I recently attended the Indo- Bhutan Youth Summit and interacted with several youth from Bhutan. I realized that though India and Bhutan are very close geographically, there is very little that we know about the rich culture of Bhutan. Bhutan is one country which I had not imagined doing an exchange program with because the countries in my mind included Paris, Amsterdam, Spain and Costa Rica. However, I was intrigued to have attended the program and I can say that it was the best decision of my life. I want to share these 7 unique things about Bhutanese culture which I learned and which have left me more intrigued than ever.
Bhutan is a constitutional monarchy –
Bhutan may just be the exception in the monarchy vs. democracy debate. The people of Bhutan love their King very dearly and respect him a lot. I was very intrigued to see how much people knew about the Royal Family of Bhutan. The King and the Queen often take part in ceremonies in the city with everyone else. It was interesting to hear about my friends’ interactions with the King during ceremonies in Thimpu. After talking to my friends, it is now one of my dreams to meet the King of Bhutan and interact with him about policy making in the country. I am also especially fascinated with K4 (the fourth King of Bhutan) who is popular among everyone and is loved immensely.
They have a festival called Rainy day Harvest season –
Most people from Bhutan are religious and they celebrate festivals throughout the year. There is a festival called Rainy day Harvest season during which the Bhutaneese citizens keep a bucket of water outside in the rain and bathe with that the next day. This water is considered holy by everyone and the day is very auspicious.
Ema Datsi is a dish made only out of chillies and cheese –
This is one dish which you have to try when you visit Bhutan. It is made of cheese and chillies. There is a saying “Indians eat their food with some chillies and Bhutanese eat chillies with some food”. No matter how much spices are consumed by them, they always need more. They beat us at their spice game. This dish is the definition of Bhutaneese culture and your trip there is incomplete without trying this. I cannot wait to go to Bhutan and try this dish the traditional way it is prepared there.
Bhutan has a Gross National Happiness (GNH) index –
Just like India calculates GDP in economic terms, Bhutan calculates GNH which is calculated based on how happy people are in the country. It is an innovative concept which places value on people’s happiness in the age of social media and technology. Because of GNH, the youth of Bhutan places value on simple things in life. I found them to follow a philosophy similar to the people residing in the mountainous regions in India.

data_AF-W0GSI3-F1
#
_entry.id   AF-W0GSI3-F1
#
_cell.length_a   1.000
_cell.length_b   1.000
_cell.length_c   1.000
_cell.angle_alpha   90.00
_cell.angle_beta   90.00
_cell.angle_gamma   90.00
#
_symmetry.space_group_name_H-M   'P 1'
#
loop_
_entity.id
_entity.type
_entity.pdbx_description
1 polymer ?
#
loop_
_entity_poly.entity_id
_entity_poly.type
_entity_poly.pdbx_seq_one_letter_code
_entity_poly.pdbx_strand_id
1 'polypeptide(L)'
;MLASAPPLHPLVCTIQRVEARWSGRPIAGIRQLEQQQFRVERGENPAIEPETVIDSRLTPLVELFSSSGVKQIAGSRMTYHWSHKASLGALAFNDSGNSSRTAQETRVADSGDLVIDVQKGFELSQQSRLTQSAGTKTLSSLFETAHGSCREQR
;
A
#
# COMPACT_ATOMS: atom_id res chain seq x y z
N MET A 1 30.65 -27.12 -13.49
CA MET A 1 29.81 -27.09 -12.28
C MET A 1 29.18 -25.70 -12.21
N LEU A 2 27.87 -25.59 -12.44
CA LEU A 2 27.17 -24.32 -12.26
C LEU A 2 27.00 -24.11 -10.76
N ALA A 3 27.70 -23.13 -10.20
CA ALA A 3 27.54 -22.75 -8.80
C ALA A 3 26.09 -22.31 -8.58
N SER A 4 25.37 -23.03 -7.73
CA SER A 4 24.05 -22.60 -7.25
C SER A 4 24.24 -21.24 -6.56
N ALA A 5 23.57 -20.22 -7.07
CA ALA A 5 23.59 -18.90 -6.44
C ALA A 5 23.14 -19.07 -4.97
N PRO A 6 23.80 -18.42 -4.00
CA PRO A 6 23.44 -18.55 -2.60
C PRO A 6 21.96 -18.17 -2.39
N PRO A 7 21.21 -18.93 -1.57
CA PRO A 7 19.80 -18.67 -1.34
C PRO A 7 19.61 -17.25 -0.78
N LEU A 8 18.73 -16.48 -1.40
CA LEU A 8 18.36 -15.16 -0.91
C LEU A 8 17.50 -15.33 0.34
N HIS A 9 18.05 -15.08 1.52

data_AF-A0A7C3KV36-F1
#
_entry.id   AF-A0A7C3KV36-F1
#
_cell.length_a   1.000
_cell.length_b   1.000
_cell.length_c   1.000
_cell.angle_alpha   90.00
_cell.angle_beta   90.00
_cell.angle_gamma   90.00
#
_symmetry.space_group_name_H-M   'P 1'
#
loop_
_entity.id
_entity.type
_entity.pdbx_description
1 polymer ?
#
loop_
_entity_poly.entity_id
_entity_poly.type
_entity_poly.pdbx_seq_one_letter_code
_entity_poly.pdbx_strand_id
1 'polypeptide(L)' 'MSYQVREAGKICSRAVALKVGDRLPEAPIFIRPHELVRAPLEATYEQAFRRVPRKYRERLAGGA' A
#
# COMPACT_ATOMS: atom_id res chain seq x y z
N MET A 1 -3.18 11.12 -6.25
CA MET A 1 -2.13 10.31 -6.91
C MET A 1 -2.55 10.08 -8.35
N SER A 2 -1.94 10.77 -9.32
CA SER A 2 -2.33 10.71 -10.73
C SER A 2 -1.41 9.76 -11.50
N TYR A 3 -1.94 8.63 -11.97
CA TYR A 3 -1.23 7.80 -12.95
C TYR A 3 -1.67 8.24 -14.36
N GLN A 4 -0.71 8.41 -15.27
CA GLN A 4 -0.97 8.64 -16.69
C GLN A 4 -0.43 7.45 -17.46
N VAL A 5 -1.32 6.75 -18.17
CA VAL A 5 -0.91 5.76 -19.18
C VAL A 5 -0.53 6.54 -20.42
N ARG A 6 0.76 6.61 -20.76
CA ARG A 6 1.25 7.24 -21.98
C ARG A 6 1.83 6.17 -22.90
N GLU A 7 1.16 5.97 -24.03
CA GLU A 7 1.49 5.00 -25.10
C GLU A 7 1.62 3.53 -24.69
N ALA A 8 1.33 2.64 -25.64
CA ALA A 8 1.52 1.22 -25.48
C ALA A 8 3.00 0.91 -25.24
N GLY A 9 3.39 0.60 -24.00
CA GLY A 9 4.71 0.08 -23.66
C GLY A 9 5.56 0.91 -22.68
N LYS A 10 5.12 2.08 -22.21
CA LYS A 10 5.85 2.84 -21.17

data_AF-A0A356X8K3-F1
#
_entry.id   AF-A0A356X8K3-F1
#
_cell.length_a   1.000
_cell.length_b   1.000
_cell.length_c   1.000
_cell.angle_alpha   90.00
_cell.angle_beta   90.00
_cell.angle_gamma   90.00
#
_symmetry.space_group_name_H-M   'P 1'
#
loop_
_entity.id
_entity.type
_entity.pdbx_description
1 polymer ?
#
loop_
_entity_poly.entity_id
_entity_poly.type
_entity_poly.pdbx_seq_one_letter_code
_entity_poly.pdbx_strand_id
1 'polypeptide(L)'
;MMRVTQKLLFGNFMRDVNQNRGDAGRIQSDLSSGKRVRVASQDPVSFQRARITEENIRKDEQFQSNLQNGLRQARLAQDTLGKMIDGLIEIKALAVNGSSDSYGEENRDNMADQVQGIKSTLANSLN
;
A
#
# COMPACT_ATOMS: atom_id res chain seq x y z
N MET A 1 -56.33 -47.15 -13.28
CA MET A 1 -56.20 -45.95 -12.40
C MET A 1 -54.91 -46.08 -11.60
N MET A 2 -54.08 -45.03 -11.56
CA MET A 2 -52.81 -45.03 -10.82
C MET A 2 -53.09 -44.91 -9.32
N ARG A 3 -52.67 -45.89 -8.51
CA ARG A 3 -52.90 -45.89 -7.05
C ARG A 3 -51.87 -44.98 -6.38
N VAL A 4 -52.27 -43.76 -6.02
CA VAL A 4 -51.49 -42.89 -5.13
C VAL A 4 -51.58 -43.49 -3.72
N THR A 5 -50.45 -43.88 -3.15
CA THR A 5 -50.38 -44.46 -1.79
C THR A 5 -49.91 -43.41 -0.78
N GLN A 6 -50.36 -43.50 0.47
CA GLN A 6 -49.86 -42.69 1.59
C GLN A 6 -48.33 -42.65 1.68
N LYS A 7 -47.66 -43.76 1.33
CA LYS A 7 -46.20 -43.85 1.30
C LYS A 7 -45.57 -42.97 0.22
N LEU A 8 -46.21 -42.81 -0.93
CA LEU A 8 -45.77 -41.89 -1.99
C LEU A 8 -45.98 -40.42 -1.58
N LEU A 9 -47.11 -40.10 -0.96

Mc Donald’s and other multinationals do not operate in Bhutan –
Many brands like McDonald’s and Domino’s do not operate in Bhutan because they impact the culture of Bhutan differently. The youth is very attached to their culture. They prefer having Yak Burger which comes from Yak meat instead of having burgers from dominos. Moreover, the government stresses on Gross National Happiness in the country and they believe that multinational food brands will impact Bhutan negatively. I’m sure it is very interesting to live in a place where local food takes precedence over multinational cuisine. It also reduces the stress on farming and increases sustainability.
Making buildings traditionally is incorporated in the law of Bhutan –
The buildings in Bhutan are made traditionally. Incorporating traditional architecture in construction is present in the law of Bhutan. I visited the Royal Embassy of Bhutan in Delhi and it couldn’t fascinate me more. The architecture was stunning.
Many people from Bhutan are very fluent in Hindi –
The love which Bhutan’s youth has for the Indian language is unprecedented. Many students from Bhutan grew up watching Bollywood movies because of which they are fluent in Hindi. Moreover, their exposure to Bollywood has also taught them about Indian culture, cinema, actors as well as more about the people in India. If you ever go to Bhutan, you can strike a chord with some friends by bonding over Hindi language and cinema.
I hope that everyone who reads this article was equally fascinated by the culture of Bhutan as me! I cannot wait to pack my bag and explore the country!